When my father lived in an assisted living facility, I wanted him to be receiving a probiotic which needed to be ordered by the facility physician. I remember the doctor sitting at his desk writing the order and at the same time quipping that “all probiotics are the same!” The comment took my breath away because this was only a few years ago, and most health care providers should know that probiotics are not all the same! There is plenty of research available on how probiotics are both similar and different-and there is plenty to consider when purchasing a probiotic.
Our gastrointestinal tract contains hundreds of different species of bacteria and these bacteria are referred to as intestinal flora. A healthy functioning gastrointestinal tract has a healthy balance of bacteria. Occasionally, that balance of bacteria becomes unbalanced due to antibiotic use, illness, stress, or even a poor-quality diet.
Research on the health benefits of probiotics is vast. Researchers are evaluating how probiotics may affect mental health, lipids, weight, and various GI conditions. Even our pets are taking probiotics!
Here are 5 tips to keep in mind when making a probiotic supplement purchase:
- Packaging. Probiotics need to be alive to be effective in your body. If they are dead on arrival in the bottle or purchase package, they will be useless to your gut. Take a good look at the packaging. Many probiotic strains need to be refrigerated to stay alive, or they may be sold in blister packaging to assure viability. If the product needs refrigeration, be sure online shippers are shipping the product with dry ice during warm weather to protect the product. With blister packaging, there is no need to refrigerate. Keep in mind that the companies selling the probiotics are doing their own regulation, so you might want to use a name brand product to help assure the organisms are alive upon purchase.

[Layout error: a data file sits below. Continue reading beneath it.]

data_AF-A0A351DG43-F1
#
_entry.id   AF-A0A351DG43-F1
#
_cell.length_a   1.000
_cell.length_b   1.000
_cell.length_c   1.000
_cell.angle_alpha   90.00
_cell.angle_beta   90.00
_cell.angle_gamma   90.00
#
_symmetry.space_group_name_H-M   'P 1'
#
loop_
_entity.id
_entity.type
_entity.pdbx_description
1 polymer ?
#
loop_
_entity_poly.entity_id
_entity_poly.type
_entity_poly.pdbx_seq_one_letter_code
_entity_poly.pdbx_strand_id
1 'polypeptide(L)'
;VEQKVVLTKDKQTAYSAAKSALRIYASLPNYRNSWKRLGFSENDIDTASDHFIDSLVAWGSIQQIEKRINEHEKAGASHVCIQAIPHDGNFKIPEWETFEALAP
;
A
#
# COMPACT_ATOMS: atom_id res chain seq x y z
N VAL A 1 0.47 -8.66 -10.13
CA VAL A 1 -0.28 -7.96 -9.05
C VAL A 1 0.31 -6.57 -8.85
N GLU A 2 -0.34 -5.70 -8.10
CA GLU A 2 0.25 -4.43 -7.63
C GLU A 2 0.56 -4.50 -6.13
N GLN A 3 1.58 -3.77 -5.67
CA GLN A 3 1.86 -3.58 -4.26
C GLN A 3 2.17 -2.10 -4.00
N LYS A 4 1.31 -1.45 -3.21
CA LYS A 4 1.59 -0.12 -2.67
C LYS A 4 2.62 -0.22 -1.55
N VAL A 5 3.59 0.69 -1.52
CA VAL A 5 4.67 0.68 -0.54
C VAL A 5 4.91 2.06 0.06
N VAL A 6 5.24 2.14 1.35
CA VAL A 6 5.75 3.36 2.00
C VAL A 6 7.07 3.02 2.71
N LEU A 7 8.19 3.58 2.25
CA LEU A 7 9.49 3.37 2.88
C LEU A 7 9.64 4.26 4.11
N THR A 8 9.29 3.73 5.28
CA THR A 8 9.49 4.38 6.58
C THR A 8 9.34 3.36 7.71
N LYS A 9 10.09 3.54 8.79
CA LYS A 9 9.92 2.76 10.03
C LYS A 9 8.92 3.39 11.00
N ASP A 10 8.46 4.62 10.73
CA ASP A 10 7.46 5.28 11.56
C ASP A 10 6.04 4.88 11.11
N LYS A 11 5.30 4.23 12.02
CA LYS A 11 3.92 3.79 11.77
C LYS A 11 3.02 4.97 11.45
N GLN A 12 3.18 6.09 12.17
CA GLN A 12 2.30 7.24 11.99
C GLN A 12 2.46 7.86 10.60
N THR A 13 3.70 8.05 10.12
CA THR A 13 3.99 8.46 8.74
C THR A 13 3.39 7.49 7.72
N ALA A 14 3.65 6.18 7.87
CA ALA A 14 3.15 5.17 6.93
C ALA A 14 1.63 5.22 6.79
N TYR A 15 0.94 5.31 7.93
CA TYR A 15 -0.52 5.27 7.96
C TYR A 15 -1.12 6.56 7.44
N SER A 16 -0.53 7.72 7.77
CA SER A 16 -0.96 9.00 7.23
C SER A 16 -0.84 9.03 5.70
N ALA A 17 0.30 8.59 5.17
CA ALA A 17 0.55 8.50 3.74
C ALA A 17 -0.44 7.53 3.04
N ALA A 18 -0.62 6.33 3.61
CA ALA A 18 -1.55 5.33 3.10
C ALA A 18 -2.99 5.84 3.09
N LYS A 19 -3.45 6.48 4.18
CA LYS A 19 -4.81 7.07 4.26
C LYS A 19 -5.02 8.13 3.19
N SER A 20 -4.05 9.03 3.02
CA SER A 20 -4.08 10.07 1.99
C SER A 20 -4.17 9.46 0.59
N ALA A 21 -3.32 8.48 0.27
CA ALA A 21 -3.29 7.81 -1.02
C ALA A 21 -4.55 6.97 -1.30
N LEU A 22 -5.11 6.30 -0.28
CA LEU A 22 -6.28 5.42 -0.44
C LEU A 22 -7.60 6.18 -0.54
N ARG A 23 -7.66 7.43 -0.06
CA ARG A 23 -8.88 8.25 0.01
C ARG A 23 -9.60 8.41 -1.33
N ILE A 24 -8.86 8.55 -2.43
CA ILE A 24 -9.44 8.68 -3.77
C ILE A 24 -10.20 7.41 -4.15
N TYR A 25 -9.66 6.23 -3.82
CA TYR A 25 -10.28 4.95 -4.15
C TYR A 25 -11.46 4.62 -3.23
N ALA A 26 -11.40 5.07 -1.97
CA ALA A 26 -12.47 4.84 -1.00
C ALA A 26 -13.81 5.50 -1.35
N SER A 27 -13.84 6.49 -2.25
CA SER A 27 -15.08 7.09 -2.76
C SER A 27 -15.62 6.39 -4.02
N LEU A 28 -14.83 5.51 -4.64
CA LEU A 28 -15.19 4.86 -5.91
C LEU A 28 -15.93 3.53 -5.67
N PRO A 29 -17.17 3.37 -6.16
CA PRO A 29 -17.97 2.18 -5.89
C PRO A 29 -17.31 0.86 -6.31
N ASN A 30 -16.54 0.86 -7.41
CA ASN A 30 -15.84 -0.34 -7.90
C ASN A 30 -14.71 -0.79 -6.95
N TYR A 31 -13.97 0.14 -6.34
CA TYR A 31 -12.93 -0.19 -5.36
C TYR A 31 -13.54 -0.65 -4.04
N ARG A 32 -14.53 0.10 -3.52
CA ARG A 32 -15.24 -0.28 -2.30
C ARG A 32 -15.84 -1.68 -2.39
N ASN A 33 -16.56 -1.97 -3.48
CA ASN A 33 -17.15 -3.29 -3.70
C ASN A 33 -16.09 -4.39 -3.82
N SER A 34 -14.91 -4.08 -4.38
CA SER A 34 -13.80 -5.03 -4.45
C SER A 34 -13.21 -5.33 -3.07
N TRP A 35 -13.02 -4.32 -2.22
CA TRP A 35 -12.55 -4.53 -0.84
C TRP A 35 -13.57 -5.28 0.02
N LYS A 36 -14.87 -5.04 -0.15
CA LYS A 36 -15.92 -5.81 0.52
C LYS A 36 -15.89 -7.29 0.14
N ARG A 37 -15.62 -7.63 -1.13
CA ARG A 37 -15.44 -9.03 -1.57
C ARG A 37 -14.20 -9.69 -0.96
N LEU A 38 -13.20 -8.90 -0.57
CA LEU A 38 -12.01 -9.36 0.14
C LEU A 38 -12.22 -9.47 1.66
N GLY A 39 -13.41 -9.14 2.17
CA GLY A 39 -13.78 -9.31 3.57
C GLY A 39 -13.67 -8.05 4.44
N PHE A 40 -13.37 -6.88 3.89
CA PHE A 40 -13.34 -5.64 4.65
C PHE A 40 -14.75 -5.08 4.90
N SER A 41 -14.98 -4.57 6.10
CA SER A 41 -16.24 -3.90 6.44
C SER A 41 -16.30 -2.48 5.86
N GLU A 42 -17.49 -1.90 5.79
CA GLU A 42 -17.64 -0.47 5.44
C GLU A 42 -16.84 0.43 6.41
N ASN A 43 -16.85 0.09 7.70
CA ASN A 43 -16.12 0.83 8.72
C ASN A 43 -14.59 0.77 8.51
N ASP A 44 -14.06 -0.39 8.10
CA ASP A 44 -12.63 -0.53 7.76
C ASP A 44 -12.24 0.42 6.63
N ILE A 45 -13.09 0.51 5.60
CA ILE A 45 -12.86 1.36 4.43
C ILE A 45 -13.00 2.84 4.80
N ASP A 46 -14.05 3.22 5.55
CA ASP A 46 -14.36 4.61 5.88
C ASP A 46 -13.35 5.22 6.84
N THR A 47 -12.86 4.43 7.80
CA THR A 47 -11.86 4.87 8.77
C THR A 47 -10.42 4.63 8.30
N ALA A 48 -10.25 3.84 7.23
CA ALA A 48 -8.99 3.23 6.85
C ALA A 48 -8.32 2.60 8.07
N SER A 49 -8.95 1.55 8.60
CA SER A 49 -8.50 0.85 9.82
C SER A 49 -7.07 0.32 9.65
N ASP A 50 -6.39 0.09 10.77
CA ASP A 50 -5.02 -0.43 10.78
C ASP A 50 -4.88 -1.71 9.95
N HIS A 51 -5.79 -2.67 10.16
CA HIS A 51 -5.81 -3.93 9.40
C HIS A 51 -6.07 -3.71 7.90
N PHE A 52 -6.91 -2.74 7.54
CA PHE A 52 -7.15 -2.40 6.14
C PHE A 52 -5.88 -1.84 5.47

- Dosages. Potency is usually noted on the label as CFU which stands for “colony forming units”. The recommended intake for probiotic supplements varies by the strain and intended therapy. For general use, it would be recommended that the CFU be at least 1 to 10 billion. Many reputable brands have much higher dosages which are still deemed safe.
- Strains. Contrary to the thoughts of my father’s former physician, bacterial strains do matter. For instance, for antibiotic-related diarrhea, it may be advisable to start taking a common drugstore brand such as Culturelle which contains Lactobacillus GG. Other research suggests that it may be even more effective to take a probiotic with multiple species of organisms. In adult women with IBS, Bifidobacterium infantis has been shown to reduce pain, bloating, and bowel movement difficulty. For cholesterol reduction, Lactobacillus reuteri may be therapeutic for LDL-Cholesterol reduction.
- Dosing. If you are taking probiotics for overall wellness, keep in mind that the organisms only survive for a few days to weeks, so it is necessary to keep taking them. Speaking of surviving, some probiotics have an enteric-coating to ensure stomach acid survival and intestinal delivery.
- Food. Many foods also contain probiotics. Think yogurt, kefir milk, and kombucha. And, nutrient dense foods are usually great sources of prebiotics-the food probiotics use. Those microorganisms need their own fuel and fiber rich foods such as fruits, vegetables, and whole grains are the fuel of choice for probiotics.
Has probiotic use helped your health? Share your thoughts!